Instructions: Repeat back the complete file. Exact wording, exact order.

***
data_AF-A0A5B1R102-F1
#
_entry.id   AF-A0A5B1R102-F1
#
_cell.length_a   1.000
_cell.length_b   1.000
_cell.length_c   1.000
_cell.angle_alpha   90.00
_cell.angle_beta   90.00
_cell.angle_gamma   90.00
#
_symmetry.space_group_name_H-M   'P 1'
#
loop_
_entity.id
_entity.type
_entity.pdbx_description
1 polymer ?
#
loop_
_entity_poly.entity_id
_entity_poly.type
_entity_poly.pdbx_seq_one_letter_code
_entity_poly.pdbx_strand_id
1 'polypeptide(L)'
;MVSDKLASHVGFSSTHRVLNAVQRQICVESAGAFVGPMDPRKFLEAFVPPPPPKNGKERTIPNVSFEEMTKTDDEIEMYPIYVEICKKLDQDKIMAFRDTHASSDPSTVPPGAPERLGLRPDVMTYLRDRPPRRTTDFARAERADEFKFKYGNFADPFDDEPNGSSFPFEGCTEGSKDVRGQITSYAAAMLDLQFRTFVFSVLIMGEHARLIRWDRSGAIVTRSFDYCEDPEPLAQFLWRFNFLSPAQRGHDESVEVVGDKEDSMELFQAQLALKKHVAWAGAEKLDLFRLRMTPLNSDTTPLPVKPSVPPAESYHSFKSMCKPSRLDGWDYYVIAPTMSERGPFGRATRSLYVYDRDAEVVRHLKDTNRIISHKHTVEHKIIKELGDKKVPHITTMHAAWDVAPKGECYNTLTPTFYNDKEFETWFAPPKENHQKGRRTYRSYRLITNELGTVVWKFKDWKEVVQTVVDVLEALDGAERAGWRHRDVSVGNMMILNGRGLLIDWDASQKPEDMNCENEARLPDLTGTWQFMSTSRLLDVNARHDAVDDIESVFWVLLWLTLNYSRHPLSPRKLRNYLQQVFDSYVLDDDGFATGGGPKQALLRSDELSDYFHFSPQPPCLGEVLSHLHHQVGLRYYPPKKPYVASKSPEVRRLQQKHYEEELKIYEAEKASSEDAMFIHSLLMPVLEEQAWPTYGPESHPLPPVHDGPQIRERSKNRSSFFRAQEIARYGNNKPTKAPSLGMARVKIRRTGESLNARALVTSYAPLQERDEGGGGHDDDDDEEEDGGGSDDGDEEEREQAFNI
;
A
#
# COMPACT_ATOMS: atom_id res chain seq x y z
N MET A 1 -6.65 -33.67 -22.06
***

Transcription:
data_AF-A0A5B1R102-F1
#
_entry.id   AF-A0A5B1R102-F1
#
_cell.length_a   1.000
_cell.length_b   1.000
_cell.length_c   1.000
_cell.angle_alpha   90.00
_cell.angle_beta   90.00
_cell.angle_gamma   90.00
#
_symmetry.space_group_name_H-M   'P 1'
#
loop_
_entity.id
_entity.type
_entity.pdbx_description
1 polymer ?
#
loop_
_entity_poly.entity_id
_entity_poly.type
_entity_poly.pdbx_seq_one_letter_code
_entity_poly.pdbx_strand_id
1 'polypeptide(L)'
;MVSDKLASHVGFSSTHRVLNAVQRQICVESAGAFVGPMDPRKFLEAFVPPPPPKNGKERTIPNVSFEEMTKTDDEIEMYPIYVEICKKLDQDKIMAFRDTHASSDPSTVPPGAPERLGLRPDVMTYLRDRPPRRTTDFARAERADEFKFKYGNFADPFDDEPNGSSFPFEGCTEGSKDVRGQITSYAAAMLDLQFRTFVFSVLIMGEHARLIRWDRSGAIVTRSFDYCEDPEPLAQFLWRFNFLSPAQRGHDESVEVVGDKEDSMELFQAQLALKKHVAWAGAEKLDLFRLRMTPLNSDTTPLPVKPSVPPAESYHSFKSMCKPSRLDGWDYYVIAPTMSERGPFGRATRSLYVYDRDAEVVRHLKDTNRIISHKHTVEHKIIKELGDKKVPHITTMHAAWDVAPKGECYNTLTPTFYNDKEFETWFAPPKENHQKGRRTYRSYRLITNELGTVVWKFKDWKEVVQTVVDVLEALDGAERAGWRHRDVSVGNMMILNGRGLLIDWDASQKPEDMNCENEARLPDLTGTWQFMSTSRLLDVNARHDAVDDIESVFWVLLWLTLNYSRHPLSPRKLRNYLQQVFDSYVLDDDGFATGGGPKQALLRSDELSDYFHFSPQPPCLGEVLSHLHHQVGLRYYPPKKPYVASKSPEVRRLQQKHYEEELKIYEAEKASSEDAMFIHSLLMPVLEEQAWPTYGPESHPLPPVHDGPQIRERSKNRSSFFRAQEIARYGNNKPTKAPSLGMARVKIRRTGESLNARALVTSYAPLQERDEGGGGHDDDDDEEEDGGGSDDGDEEEREQAFNI
;
A
#
# COMPACT_ATOMS: atom_id res chain seq x y z
N MET A 1 -6.65 -33.67 -22.06